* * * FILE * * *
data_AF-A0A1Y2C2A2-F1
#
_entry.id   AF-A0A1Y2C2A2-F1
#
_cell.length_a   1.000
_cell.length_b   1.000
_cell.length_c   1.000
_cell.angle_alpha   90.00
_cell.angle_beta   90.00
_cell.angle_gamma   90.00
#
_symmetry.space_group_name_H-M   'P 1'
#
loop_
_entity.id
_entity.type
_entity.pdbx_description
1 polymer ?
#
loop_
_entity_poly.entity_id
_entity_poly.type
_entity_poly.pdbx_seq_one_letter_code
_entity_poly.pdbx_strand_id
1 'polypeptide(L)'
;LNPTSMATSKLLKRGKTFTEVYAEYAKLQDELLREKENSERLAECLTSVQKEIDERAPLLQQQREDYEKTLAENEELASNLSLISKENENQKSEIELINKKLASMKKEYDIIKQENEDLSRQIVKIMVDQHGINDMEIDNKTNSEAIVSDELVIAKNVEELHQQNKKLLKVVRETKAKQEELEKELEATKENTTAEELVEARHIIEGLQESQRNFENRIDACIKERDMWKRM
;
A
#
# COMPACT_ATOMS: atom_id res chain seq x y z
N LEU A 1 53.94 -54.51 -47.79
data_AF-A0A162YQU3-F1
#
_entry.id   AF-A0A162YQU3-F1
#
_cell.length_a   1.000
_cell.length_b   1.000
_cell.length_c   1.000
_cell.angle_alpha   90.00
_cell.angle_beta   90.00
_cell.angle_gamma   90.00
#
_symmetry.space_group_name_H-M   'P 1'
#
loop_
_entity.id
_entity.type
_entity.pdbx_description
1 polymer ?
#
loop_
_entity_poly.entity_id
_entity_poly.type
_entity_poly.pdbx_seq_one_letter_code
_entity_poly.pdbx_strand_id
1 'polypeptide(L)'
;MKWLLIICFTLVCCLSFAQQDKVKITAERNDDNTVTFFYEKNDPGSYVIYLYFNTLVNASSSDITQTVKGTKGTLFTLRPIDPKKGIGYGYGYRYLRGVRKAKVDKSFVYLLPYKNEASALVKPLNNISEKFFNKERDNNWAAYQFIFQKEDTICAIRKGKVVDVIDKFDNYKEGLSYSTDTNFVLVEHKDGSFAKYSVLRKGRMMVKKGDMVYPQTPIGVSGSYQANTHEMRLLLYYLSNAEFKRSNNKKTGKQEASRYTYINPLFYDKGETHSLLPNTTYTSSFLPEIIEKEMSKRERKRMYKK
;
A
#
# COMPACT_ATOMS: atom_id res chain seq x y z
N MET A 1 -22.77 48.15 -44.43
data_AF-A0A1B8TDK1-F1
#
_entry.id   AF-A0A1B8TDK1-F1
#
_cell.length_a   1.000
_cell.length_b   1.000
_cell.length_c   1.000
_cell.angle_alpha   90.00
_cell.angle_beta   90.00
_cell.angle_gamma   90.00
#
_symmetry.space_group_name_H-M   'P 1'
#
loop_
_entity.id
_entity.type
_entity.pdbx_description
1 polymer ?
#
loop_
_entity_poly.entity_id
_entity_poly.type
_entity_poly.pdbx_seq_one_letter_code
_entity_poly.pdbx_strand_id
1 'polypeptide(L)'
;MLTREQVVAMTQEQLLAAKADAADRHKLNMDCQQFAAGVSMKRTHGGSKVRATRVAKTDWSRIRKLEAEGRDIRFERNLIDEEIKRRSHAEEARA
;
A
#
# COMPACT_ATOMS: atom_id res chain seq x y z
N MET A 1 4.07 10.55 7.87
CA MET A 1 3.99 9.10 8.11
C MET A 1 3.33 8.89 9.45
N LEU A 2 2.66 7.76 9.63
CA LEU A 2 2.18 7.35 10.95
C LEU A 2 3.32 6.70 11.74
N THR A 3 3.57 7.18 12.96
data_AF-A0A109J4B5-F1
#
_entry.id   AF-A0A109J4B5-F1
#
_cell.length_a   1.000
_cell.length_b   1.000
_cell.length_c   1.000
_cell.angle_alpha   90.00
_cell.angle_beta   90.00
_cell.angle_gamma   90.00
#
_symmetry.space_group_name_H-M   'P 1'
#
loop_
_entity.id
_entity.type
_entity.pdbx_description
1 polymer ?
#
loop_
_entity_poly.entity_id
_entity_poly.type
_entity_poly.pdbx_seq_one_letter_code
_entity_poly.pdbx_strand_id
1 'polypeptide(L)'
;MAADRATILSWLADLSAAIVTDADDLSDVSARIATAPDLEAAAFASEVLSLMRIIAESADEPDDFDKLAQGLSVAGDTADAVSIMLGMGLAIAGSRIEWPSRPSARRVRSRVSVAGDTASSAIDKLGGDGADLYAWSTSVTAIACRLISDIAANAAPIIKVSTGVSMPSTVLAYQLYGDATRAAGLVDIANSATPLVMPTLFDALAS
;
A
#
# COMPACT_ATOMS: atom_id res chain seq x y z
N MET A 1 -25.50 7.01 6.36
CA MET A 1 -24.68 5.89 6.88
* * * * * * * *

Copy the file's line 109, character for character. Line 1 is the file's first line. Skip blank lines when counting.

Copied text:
_cell.angle_gamma   90.00